Today was day 2 of teaching CIS*2170, also known as User Interface Design. Honestly, it was even better than day 1. I’m having so much fun teaching this course. Perhaps too much fun. Maybe I should pretend that I’m not having fun lest someone decide that I’m having too much fun to get paid. Because I’m having so much fun, I can’t believe I’m actually getting paid for this.
Perhaps the honeymoon will end soon. I hope not.
Today we discussed the evolution of form despite function remaining constant. I decided that the best way to demonstrate that was by bringing in several different types of corkscrews. Apparently I have a collection of them. I’m not sure why I have a collection of them. It’s not like I’ve actively sought out these particular tools. I just do. Don’t read anything into that.
The point is that they all perform the same function. That is, they allow those of us that require a thirst quenching glass of the vino access to the container that houses that sweet, sweet adults-only grape juice. Sure, some corkscrews come with a few extra bells and whistles; such as the additional functionality of beer-bottle-opener (praise the designers for that added B&W), or possibly a fancy blade to slice through the wax or other sealant that protects the cork.
Despite essentially the same functionality, some corkscrews are better designed than others because someone out there realized that the old-time-y cork screw just wasn’t good enough. I imagine the levered varieties were developed because someone was trying to open a new bottle, having already consumed the first, but was too drunk to get enough force behind them to open it. Then, in a drunken stupor a bolt of inspiration hit and the levered corkscrew was born.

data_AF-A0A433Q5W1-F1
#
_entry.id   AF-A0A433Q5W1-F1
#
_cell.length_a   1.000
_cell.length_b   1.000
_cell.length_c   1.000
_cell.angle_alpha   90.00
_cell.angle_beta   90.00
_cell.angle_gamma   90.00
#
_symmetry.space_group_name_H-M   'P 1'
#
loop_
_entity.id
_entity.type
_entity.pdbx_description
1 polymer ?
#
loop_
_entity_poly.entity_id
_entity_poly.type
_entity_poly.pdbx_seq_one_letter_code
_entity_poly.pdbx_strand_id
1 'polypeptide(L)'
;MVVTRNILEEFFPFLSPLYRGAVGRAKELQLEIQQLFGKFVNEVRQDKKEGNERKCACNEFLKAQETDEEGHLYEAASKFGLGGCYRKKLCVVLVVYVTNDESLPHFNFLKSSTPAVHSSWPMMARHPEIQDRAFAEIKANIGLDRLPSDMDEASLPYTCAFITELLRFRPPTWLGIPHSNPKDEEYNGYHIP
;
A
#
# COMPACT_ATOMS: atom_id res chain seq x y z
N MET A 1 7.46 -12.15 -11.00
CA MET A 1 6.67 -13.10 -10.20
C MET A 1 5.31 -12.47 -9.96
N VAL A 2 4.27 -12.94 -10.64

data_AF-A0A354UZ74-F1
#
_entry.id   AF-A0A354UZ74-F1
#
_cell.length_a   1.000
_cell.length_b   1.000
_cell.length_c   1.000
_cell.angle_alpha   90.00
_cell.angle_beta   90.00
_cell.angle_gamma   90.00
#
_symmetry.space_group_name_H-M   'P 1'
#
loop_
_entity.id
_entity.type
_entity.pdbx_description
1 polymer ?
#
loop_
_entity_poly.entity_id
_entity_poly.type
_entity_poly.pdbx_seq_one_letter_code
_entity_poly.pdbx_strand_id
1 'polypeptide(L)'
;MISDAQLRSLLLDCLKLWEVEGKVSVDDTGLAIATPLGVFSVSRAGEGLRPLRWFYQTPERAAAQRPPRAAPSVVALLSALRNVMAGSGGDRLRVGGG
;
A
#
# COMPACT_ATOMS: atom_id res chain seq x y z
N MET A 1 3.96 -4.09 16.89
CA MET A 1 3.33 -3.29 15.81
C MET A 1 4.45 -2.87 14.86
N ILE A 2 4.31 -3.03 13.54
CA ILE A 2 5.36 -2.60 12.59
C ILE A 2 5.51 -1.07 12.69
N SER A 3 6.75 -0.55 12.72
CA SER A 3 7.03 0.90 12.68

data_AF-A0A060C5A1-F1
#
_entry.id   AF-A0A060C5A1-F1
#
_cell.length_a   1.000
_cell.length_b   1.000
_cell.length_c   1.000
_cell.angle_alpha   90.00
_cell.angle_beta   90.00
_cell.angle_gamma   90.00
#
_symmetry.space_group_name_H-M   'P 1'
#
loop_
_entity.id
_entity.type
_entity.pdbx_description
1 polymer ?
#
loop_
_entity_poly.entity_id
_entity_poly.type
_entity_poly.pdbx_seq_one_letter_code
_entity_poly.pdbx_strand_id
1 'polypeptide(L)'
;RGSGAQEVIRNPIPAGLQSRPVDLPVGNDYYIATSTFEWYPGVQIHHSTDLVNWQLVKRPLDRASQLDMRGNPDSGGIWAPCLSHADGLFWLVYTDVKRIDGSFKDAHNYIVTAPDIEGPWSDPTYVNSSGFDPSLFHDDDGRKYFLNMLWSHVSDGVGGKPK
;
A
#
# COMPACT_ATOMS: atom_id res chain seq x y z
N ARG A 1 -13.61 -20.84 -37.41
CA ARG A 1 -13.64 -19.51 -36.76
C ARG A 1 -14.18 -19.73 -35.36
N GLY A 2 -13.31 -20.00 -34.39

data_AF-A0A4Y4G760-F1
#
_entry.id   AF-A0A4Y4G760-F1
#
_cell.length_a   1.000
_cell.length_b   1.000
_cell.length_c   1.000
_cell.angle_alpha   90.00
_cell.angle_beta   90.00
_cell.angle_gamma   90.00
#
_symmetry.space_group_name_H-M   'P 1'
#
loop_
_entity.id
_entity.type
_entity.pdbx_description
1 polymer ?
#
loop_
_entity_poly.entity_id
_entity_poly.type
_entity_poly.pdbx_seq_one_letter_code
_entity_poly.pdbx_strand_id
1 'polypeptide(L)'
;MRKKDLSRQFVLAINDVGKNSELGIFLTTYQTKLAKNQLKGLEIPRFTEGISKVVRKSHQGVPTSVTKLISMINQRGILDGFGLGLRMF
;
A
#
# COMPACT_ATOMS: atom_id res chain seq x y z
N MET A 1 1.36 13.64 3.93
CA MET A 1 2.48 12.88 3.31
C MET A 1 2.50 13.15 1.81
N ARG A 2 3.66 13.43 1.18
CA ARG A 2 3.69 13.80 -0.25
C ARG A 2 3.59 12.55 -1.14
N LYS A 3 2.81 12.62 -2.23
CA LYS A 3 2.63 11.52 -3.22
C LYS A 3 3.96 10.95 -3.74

The good thing is that the students connected to my stories (which included the evolution of the corkscrew, selecting a Calorie counting app, and a discussion of not knowing how to wash my hands because a sink was poorly designed – at least to me – who may have been under the influence of several beers when trying to use it).
It’s easy to tell when the connection happens. The students are more animated in their responses, they contribute more (sometimes a lot more than what I might expect), they laugh where I hope they will laugh, and they ask questions. A lot of good, well thought out questions. And they engage in debates with each other.
And this is why this class has been so much fun. I really hope that I can keep this energy going, because it’s awesome.
Anyway, moral of the story: I’m pretty sure my class thinks I’m a drunk.
Note: corkscrews are not the only way to get to one’s wine. There’s also this way:
- Open Bottles With the Power of Thor (uberreview.com)
- The Best Wine Opener (savorysaltysweet.com)
- How to Open and Enjoy an Old Bottle of Wine (brooklynguyloveswine.blogspot.com)
- The Best Corkscrews (online.wsj.com)
- Looking for a travel corkscrew that’s easy on the wrists (ask.metafilter.com)
- High-Torque Bottle Opener Pops Corks With Ease (gizmodo.com.au)
- Fred x Friends Handlebar Mustache Corkscrew and Bottle Opener (swagsofresh.com)